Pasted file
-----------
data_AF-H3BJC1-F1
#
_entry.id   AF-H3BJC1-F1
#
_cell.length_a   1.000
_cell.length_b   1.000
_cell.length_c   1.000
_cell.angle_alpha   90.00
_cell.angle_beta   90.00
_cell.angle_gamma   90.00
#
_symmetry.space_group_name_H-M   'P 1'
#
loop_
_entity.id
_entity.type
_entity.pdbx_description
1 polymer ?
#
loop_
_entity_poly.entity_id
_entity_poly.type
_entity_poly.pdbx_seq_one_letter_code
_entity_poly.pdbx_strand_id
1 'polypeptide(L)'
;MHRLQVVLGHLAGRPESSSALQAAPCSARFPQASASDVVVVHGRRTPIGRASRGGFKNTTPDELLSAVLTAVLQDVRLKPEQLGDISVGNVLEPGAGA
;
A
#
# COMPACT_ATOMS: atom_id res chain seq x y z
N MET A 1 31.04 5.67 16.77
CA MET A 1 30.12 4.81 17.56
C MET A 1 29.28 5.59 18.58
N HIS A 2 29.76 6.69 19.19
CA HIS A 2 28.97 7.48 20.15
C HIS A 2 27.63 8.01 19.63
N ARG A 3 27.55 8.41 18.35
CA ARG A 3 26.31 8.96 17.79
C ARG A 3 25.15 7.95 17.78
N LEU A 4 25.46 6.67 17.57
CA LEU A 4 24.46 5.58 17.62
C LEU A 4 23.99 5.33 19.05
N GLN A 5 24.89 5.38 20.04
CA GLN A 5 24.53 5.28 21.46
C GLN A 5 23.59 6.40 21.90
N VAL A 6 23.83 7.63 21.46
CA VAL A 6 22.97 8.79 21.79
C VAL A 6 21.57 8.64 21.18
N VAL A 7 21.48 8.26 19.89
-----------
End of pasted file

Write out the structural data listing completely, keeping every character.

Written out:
data_AF-H3BJC1-F1
#
_entry.id   AF-H3BJC1-F1
#
_cell.length_a   1.000
_cell.length_b   1.000
_cell.length_c   1.000
_cell.angle_alpha   90.00
_cell.angle_beta   90.00
_cell.angle_gamma   90.00
#
_symmetry.space_group_name_H-M   'P 1'
#
loop_
_entity.id
_entity.type
_entity.pdbx_description
1 polymer ?
#
loop_
_entity_poly.entity_id
_entity_poly.type
_entity_poly.pdbx_seq_one_letter_code
_entity_poly.pdbx_strand_id
1 'polypeptide(L)'
;MHRLQVVLGHLAGRPESSSALQAAPCSARFPQASASDVVVVHGRRTPIGRASRGGFKNTTPDELLSAVLTAVLQDVRLKPEQLGDISVGNVLEPGAGA
;
A
#
# COMPACT_ATOMS: atom_id res chain seq x y z
N MET A 1 31.04 5.67 16.77
CA MET A 1 30.12 4.81 17.56
C MET A 1 29.28 5.59 18.58
N HIS A 2 29.76 6.69 19.19
CA HIS A 2 28.97 7.48 20.15
C HIS A 2 27.63 8.01 19.63
N ARG A 3 27.55 8.41 18.35
CA ARG A 3 26.31 8.96 17.79
C ARG A 3 25.15 7.95 17.78
N LEU A 4 25.46 6.67 17.57
CA LEU A 4 24.46 5.58 17.62
C LEU A 4 23.99 5.33 19.05
N GLN A 5 24.89 5.38 20.04
CA GLN A 5 24.53 5.28 21.46
C GLN A 5 23.59 6.40 21.90
N VAL A 6 23.83 7.63 21.46
CA VAL A 6 22.97 8.79 21.79
C VAL A 6 21.57 8.64 21.18
N VAL A 7 21.48 8.26 19.89